·         Almost 70 percent of companies made some voluntary disclosure of direct political spending. This includes 53 percent that disclose their contributions to candidates, parties, and committees, and another 17 percent that say their policy is not to engage in such political spending. No 2012 data is directly comparable.

·         Fifty-seven percent of companies are opening up about their payments to trade associations, often a conduit for secret political spending. This includes 43 percent that make some disclosure of their payments to trade associations, and another 14 percent that say they ask trade associations not to use their payments for political campaigns. In 2012, the overall figure was 41 percent. That included 36 percent that made some disclosure, and five percent that restricted their payments.

·         More than a third (35 percent) of the companies disclosed their payments to or had a policy against giving to nonprofit 501(c)(4) groups, often labeled “dark money” conduits when they make independent expenditures without disclosing donors.  In 2012, just about a quarter did the same. 

While many leading companies have changed their policies in favor of transparency and accountability, the Index also highlighted others that lag behind.

The Index is an increasingly recognized benchmarking study. It has won mention in the New York Times, Fortune, Forbes, Reuters, Bloomberg, Politico, the Washington Post and Los Angeles Times. Among specialty publications, it has been noted in Business Ethics Magazine, BNA Money and Politics Report, Corporate Counsel, Political Activity Law Blog, The Conference Board Governance Center blog, Inside Investor Relations magazine and Securities Regulation and Corporate Governance Monitor. Leading corporate campaign finance counsel have cited it favorably, as has a senior executive for Altria Client Services Inc.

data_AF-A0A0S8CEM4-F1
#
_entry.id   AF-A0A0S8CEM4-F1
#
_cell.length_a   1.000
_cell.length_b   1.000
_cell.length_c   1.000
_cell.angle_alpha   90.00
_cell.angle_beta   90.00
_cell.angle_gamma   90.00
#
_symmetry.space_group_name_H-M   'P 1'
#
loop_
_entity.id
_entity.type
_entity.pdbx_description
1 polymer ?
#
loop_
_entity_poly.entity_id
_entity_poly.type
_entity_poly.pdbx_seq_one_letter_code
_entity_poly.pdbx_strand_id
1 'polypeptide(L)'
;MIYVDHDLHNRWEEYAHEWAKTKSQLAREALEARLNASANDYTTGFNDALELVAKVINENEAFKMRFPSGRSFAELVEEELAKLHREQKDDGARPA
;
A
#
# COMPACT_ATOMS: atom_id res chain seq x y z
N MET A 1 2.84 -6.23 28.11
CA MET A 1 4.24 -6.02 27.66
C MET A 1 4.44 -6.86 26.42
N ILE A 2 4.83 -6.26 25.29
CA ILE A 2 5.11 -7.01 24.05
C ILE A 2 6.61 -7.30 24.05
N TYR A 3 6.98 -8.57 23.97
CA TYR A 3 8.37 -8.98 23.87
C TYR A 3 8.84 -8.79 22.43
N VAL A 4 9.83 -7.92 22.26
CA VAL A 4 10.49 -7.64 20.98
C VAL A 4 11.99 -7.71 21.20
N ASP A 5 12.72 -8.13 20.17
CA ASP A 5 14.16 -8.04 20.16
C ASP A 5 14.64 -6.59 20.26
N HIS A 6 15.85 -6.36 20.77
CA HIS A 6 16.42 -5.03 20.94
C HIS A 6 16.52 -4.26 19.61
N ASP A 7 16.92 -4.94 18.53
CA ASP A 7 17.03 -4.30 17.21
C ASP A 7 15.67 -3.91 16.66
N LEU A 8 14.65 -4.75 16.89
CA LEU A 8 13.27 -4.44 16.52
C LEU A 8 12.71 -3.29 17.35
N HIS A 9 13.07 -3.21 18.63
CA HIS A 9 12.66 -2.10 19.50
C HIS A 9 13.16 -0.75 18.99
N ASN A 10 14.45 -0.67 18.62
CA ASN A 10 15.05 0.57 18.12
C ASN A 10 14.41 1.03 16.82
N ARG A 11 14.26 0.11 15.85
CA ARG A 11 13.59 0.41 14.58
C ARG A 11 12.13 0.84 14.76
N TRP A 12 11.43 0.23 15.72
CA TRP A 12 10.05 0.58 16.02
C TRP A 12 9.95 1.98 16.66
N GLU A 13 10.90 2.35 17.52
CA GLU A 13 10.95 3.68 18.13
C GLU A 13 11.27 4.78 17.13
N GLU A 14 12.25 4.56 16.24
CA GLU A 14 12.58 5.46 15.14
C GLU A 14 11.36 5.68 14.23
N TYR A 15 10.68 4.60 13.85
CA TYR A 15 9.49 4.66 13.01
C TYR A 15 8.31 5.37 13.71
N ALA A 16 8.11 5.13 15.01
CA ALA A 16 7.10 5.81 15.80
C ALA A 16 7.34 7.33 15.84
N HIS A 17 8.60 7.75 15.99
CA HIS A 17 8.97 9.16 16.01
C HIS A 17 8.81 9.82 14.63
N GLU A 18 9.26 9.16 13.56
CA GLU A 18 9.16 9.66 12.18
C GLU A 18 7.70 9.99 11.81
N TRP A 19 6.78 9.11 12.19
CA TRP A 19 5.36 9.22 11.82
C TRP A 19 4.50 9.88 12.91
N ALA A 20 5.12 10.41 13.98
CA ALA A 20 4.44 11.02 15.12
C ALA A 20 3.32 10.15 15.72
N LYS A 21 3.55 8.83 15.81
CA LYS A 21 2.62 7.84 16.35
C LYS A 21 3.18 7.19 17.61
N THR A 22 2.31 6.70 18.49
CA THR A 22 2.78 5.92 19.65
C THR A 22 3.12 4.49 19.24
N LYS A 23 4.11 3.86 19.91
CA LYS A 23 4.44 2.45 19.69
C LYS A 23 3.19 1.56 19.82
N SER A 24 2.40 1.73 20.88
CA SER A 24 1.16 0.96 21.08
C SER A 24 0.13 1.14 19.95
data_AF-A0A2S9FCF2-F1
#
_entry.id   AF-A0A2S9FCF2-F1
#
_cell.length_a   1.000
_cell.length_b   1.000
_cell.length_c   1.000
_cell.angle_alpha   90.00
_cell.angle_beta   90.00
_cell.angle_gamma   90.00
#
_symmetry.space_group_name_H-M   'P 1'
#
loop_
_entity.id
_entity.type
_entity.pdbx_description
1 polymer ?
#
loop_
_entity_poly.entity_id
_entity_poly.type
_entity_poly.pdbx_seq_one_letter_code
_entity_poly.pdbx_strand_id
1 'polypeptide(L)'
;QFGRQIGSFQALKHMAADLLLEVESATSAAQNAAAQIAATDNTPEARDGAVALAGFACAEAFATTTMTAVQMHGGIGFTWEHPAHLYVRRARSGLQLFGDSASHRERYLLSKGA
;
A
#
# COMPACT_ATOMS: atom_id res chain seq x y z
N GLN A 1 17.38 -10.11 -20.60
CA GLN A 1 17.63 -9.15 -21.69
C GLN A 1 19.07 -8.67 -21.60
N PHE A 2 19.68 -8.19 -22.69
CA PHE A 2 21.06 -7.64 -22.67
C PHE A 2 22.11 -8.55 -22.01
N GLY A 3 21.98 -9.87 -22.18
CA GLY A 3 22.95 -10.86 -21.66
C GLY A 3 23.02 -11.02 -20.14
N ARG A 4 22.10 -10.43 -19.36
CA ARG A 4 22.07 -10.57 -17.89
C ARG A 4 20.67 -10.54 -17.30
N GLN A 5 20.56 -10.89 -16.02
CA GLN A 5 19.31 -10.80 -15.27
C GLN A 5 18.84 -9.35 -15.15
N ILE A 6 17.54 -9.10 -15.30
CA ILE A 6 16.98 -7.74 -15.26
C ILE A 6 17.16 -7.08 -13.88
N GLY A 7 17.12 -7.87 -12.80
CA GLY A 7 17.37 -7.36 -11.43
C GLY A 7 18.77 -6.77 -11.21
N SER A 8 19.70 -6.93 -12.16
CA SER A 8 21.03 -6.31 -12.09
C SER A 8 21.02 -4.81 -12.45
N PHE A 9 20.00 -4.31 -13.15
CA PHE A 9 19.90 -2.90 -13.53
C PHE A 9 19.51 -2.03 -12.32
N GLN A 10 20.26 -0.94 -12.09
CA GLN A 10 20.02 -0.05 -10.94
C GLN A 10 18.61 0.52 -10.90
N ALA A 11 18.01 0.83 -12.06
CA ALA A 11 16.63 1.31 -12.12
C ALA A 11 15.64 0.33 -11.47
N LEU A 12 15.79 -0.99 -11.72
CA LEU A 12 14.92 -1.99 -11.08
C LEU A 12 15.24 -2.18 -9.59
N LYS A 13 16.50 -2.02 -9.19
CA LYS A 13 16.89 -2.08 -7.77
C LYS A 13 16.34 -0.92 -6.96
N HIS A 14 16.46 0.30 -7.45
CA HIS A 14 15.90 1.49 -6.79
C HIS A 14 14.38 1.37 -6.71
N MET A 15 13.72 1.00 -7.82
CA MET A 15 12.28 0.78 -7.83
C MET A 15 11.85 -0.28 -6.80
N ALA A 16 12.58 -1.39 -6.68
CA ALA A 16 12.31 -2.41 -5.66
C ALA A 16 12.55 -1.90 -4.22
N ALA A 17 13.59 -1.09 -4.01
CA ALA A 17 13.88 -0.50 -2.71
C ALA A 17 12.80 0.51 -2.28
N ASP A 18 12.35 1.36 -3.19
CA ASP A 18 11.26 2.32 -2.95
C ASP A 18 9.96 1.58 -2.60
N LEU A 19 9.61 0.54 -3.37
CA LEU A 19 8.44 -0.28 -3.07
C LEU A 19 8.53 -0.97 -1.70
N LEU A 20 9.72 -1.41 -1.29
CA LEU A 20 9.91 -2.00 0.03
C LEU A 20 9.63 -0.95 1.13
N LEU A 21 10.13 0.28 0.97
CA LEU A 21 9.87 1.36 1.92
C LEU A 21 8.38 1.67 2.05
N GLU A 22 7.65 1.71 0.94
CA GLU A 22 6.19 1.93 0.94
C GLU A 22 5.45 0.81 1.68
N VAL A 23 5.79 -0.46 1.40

Because the Index examines policies and practices published on corporate websites, its accompanying report does not make any judgments about a company’s political spending or whether its disclosure is complete. The report is entitled The 2013 CPA-Zicklin Index of Corporate Political Accountability and Disclosure: How Leading Companies Navigate Political Spending in the Wake of Citizens United.


The Center for Political Accountability (CPA) is a non-profit, non-partisan organization that was created to bring transparency and accountability to corporate political spending. It was formed to address the secrecy that cloaks much of the political activity engaged in by companies and the risks this poses to shareholder value. Since 2003, CPA has become a recognized national leader, spearheading a highly visible and effective campaign for corporate political disclosure.

The Carol and Lawrence Zicklin Center for Business Ethics Research at The Wharton School works to sponsor and disseminate leading edge research on critical topics in business ethics.


2012 CPA-Zicklin Index

2011 CPA-Zicklin Index